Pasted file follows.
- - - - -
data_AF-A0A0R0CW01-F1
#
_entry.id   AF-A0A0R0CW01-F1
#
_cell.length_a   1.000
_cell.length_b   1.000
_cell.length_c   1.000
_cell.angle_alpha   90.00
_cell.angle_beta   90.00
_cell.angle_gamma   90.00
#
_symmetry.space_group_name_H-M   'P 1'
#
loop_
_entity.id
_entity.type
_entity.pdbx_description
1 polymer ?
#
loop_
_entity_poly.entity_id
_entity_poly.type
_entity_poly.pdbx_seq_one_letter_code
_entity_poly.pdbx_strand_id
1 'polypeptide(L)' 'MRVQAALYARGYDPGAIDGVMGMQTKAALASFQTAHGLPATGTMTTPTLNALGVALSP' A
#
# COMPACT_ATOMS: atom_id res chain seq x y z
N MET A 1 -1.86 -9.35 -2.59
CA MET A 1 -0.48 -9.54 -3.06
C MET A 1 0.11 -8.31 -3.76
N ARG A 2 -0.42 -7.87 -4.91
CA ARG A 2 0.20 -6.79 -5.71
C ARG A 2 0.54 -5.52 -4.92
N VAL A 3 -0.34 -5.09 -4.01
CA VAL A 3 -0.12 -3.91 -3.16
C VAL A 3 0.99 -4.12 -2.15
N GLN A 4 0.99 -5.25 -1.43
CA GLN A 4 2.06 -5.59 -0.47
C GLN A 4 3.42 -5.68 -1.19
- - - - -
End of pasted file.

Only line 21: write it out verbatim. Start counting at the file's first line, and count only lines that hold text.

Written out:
_entity_poly.entity_id